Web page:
"To be an account stated, 'it must appear that at the time of the statement an indebtedness from one party to the other existed, that a balance was then struck and agreed to be the correct sum owing from the debtor to the creditor, and that the debtor expressly or impliedly promised to pay to the creditor the amount thus determined to be owing.' The agreement necessary to establish an account stated need not be express and is frequently implied from the circumstances. When a statement is rendered to a debtor and no reply is made in a reasonable time, the law implies an agreement that the account is correct as rendered. Actions on accounts stated frequently arise from a series of transactions which also constitute an open book account. However, an account stated may be found in a variety of commercial situations. The acknowledgement of a debt consisting of a single item may form the basis of a stated account. The key element in every context is agreement on the final balance due." (Maggio, Inc. v. Neal (1987) 196 Cal.App.3d 745, 752-753 [241 Cal.Rptr. 883], internal citations omitted.)

"An account stated need not be submitted by the creditor to the debtor. A statement expressing the debtor's assent and acknowledging the agreed amount of the debt to the creditor equally establishes an account stated." (Truestone, Inc. v. Simi West Industrial Park II (1984) 163 Cal.App.3d 715, 726 [209 Cal.Rptr. 757], internal citations omitted.)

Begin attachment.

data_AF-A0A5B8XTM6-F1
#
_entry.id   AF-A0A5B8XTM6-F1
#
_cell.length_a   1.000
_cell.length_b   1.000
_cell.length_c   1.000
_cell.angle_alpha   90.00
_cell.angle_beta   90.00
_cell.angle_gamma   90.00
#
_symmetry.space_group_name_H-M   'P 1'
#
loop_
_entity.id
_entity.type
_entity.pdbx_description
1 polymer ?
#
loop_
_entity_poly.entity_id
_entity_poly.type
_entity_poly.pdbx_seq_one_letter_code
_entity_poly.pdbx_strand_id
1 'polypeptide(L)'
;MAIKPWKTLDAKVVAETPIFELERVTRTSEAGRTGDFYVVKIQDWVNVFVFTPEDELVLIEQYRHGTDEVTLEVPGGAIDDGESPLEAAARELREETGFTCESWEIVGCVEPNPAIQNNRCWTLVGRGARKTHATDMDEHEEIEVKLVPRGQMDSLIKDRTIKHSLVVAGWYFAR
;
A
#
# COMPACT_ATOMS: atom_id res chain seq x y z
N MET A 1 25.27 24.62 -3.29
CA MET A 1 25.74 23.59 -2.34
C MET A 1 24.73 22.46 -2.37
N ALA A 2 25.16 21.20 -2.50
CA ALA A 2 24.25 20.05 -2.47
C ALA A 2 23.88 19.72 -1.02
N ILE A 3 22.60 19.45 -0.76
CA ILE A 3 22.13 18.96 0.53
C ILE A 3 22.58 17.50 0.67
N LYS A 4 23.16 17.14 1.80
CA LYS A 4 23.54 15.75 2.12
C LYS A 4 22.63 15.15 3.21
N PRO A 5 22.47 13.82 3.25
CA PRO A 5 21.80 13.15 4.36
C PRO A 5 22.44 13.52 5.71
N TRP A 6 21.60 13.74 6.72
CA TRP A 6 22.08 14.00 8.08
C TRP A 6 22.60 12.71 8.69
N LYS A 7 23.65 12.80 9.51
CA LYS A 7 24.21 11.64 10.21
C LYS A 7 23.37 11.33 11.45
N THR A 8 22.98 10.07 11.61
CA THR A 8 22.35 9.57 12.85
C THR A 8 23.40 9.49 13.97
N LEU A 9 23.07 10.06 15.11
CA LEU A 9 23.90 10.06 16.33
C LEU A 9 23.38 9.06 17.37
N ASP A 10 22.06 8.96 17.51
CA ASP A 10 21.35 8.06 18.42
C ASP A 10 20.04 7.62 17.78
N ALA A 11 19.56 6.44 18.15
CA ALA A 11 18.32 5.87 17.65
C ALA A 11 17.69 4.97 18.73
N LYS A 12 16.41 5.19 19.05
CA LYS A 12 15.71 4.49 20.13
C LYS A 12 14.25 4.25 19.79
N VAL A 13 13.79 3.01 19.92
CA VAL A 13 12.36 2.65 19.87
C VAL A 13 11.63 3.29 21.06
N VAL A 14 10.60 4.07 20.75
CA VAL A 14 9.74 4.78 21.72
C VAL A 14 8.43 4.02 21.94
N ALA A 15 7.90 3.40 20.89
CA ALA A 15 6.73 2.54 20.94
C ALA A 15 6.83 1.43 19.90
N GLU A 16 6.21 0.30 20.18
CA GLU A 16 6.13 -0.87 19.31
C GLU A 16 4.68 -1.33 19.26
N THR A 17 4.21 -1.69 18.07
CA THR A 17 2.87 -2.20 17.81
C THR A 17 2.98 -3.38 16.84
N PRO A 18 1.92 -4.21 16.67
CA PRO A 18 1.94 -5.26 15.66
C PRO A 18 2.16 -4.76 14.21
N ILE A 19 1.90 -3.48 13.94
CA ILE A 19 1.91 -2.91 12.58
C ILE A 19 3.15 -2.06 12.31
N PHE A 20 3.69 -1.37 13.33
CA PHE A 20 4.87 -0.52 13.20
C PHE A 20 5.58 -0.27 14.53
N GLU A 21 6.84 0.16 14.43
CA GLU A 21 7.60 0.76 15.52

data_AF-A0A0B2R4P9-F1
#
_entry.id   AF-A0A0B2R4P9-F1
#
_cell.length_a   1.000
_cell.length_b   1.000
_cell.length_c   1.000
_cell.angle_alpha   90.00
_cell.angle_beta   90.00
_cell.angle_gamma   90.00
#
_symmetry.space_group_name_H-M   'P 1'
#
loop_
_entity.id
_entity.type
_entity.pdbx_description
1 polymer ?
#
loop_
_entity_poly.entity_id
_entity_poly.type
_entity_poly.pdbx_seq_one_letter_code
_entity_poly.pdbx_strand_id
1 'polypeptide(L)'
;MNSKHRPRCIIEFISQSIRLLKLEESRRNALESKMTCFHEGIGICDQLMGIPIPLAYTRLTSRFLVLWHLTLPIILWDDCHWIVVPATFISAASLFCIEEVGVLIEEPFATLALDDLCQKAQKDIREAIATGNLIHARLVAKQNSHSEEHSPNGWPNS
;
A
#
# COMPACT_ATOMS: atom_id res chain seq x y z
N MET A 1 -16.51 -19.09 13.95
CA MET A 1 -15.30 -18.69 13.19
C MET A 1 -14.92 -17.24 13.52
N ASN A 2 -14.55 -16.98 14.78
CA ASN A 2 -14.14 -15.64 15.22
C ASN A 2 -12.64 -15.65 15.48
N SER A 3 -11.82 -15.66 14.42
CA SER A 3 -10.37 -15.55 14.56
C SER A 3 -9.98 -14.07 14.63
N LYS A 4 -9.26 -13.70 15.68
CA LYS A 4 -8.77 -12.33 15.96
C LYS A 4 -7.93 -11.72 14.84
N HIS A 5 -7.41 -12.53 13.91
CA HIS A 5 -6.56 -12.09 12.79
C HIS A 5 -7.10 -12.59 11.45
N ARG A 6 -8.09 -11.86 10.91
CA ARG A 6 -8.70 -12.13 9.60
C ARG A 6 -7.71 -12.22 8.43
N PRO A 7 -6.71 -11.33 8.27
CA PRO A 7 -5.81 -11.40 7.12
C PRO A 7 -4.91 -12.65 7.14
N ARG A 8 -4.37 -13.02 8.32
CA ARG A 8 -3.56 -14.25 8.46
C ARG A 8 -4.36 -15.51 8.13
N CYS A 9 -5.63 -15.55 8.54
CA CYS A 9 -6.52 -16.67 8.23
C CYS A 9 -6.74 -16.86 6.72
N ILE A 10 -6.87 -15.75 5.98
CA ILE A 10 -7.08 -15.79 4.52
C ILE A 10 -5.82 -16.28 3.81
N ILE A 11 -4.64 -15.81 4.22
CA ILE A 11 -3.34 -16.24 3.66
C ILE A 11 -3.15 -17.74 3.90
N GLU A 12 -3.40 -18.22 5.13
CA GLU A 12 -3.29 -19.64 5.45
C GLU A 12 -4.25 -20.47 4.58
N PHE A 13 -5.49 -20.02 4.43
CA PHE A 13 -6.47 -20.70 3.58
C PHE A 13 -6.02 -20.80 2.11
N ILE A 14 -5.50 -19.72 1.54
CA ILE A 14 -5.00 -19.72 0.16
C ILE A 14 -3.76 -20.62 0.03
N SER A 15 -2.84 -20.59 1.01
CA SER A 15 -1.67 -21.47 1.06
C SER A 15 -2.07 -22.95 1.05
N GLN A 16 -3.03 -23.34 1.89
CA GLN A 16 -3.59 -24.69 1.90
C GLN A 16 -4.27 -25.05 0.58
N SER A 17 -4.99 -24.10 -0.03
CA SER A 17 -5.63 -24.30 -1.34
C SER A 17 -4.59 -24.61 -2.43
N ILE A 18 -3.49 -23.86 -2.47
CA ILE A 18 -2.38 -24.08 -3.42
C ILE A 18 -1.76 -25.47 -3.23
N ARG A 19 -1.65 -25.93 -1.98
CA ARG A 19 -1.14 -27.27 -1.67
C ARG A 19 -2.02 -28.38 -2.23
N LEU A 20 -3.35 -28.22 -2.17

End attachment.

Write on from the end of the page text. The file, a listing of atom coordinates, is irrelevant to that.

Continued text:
" 'The common count is a general pleading which seeks recovery of money without specifying the nature of the claim . . . . Because of the uninformative character of the complaint, it has been held that the typical answer, a general denial, is sufficient to raise almost any kind of defense, including some which ordinarily require special pleading.' However, even where the plaintiff has pleaded in the form of a common count, the defendant must raise in the answer any new matter, that is, anything he or she relies on that is not put in issue by the plaintiff." (Title Ins. Co. v. State Bd. of Equalization (1992) 4 Cal.4th 715, 731 [14 Cal.Rptr.2d 822, 842 P.2d 121], internal citations and footnote omitted.)

"The account stated may be attacked only by proof of 'fraud, duress, mistake, or other grounds cognizable in equity for the avoidance of an instrument.' The defendant 'will not be heard to answer when action is brought upon the account stated that the claim or demand was unjust, or invalid.' " (Gleason, supra, 103 Cal.App.3d at p. 787, internal citations omitted.)

"An account stated need not cover all the dealings or claims between the parties. There may be a partial settlement and account stated as to some of the transactions." (Gleason, supra, 103 Cal.App.3d at p. 790, internal citation omitted.)